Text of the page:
Hepatitis C: silent killer

hepatitis C
Electron micrographs of hepatitis C virus purified from cell culture. Scale bar is 50 nanometers. Credit: Center for the Study of Hepatitis C, The Rockefeller University.

A trio of researchers were awarded the Nobel Medicine Prize on Monday for their discovery of the Hepatitis C virus, paving the way for blood tests and new treatments.

Thanks to their work the disease is now largely curable. Yet there are more than 70 million people living with the virus, the vast majority of which are not diagnosed.

400,000 deaths

Unlike Hepatitis A, which is spread via polluted food or water, Hepatitis C is a blood-borne pathogen that causes liver diseases such as cancer and cirrhosis.

Patients can often be infected for years—sometimes decades—without showing symptoms, making Hepatitis C difficult to diagnose until infection gets serious.

Its effects can range from illness lasting a few weeks to life-long medical conditions.

The World Health Organization says Hepatitis C kills around 400,000 people a year, although that is likely to be an underestimate as many patients die from before they are diagnosed.

In all, viruses kill more than a million people every year, putting it on a par with other global health threats such as HIV and tuberculosis.

Incidence is especially high in the Eastern Mediterranean and Europe, according to the WHO.

The most common modes of infection are sharing needles, blood transfusions, unsafe healthcare or .

New treatments

Americans Harvey Alter and Charles Rice together with Briton Michael Houghton were honoured for discovering the Hepatitis C virus, which is distinct from two other viral strains, A and B.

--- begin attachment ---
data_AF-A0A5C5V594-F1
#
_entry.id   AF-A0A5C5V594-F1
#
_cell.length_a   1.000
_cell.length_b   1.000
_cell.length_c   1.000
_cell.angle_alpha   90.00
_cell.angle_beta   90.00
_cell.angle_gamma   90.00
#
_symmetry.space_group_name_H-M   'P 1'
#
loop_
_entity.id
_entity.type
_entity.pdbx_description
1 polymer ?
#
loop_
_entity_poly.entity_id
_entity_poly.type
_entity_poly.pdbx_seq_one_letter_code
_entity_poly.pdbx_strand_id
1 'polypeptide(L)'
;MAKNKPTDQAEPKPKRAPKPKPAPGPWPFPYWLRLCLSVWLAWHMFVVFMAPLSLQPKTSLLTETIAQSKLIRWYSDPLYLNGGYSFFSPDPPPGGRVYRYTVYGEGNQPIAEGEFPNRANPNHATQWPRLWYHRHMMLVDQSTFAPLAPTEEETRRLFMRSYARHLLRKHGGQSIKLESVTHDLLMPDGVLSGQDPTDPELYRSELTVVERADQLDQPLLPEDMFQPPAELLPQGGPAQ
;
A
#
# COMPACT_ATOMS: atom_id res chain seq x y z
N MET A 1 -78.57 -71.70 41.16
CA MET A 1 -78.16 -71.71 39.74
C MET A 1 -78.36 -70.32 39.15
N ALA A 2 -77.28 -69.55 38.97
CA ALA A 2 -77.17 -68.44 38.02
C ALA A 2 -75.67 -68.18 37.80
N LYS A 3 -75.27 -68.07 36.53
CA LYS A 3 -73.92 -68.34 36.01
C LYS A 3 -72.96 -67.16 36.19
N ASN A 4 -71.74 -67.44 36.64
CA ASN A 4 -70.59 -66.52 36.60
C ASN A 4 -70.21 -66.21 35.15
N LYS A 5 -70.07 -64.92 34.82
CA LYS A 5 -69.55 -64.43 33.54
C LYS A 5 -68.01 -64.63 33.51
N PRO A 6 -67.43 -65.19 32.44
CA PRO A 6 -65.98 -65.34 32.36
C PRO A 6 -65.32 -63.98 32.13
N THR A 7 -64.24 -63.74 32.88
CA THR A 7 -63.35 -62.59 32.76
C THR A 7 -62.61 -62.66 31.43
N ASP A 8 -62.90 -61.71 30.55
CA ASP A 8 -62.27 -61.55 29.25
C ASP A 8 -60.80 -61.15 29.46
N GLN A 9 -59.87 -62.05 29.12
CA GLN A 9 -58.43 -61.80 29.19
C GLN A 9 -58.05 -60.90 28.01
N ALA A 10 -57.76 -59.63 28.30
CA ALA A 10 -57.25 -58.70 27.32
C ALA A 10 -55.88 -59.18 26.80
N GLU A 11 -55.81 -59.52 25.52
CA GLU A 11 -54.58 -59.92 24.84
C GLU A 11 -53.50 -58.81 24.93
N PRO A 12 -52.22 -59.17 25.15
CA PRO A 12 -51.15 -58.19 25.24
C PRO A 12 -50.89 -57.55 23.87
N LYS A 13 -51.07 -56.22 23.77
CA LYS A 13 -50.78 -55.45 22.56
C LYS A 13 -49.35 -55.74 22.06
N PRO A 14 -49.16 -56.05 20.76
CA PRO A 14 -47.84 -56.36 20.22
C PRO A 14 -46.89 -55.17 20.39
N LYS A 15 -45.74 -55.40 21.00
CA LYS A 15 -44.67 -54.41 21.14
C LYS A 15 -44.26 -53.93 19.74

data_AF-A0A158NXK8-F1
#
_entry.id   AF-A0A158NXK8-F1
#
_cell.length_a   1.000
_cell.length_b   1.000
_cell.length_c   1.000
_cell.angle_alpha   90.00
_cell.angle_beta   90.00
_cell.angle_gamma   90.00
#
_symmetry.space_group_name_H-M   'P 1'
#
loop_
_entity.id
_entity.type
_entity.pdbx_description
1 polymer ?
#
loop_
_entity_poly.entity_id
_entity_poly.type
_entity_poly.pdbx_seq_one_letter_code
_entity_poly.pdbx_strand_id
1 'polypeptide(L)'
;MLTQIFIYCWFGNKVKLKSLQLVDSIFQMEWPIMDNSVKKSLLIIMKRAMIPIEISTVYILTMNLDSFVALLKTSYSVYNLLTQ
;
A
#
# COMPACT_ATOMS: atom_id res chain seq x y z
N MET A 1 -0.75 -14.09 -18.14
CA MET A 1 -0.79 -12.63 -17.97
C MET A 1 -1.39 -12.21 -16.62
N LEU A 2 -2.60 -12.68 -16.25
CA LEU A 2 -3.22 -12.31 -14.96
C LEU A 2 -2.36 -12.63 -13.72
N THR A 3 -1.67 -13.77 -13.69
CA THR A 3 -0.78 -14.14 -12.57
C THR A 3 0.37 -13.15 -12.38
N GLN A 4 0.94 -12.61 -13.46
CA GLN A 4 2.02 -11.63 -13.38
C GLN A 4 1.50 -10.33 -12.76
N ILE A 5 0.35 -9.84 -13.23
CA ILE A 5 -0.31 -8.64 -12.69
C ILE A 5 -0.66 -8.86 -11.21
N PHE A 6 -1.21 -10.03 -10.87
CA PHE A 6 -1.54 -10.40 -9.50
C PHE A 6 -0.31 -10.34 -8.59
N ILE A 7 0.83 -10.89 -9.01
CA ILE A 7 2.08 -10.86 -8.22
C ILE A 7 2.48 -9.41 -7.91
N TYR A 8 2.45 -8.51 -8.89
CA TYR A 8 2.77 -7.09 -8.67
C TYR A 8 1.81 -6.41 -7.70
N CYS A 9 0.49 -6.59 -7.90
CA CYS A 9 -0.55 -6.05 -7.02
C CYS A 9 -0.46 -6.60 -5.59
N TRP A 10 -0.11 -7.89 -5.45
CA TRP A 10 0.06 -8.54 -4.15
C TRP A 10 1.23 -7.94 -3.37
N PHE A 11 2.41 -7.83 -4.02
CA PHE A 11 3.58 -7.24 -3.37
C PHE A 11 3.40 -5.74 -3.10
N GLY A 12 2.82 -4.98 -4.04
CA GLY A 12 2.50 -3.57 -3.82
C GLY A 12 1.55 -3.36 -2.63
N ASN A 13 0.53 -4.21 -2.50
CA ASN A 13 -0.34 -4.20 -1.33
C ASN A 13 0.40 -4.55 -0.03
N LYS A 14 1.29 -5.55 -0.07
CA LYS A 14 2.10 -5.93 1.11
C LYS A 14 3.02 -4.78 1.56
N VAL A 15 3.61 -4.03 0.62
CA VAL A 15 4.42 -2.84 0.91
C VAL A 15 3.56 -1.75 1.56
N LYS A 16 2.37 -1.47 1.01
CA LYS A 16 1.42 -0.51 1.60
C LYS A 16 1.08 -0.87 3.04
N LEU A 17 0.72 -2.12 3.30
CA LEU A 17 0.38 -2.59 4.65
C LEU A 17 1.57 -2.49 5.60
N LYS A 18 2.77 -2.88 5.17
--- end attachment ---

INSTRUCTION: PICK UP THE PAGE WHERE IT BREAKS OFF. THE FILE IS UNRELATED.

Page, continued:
Their work allowed the rapid development of and blood tests, although there is no vaccine against Hepatitis C.

Around 80 percent of people exposed to the virus develop chronic conditions, particularly cirrhosis—scarring of the liver, which can lead to organ failure.

For years treatment for Hepatitis C was only moderately effective—curing roughly half of patients—and came with a string of undesirable side effects.

But a new generation of drugs known as direct-acting antivirals (DAAs) have seen success rates soar, with around 95 percent of patients who are treated being cured.

Unequal access

However new treatment regimens remain prohibitively expensive in many regions.

In 2017, the WHO estimated that just 19 percent of those infected globally received a diagnosis. Fewer than 10 percent received DAAs.

The Nobel committee said Monday that the world could for the first time eradicate Hepatitis C.

"To achieve this goal, international efforts facilitating blood testing and making antiviral drugs available across the globe will be required," it said.

The committee said that the work of Alter, Rice and Houghton had saved "millions of lives".

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© 2020 AFP

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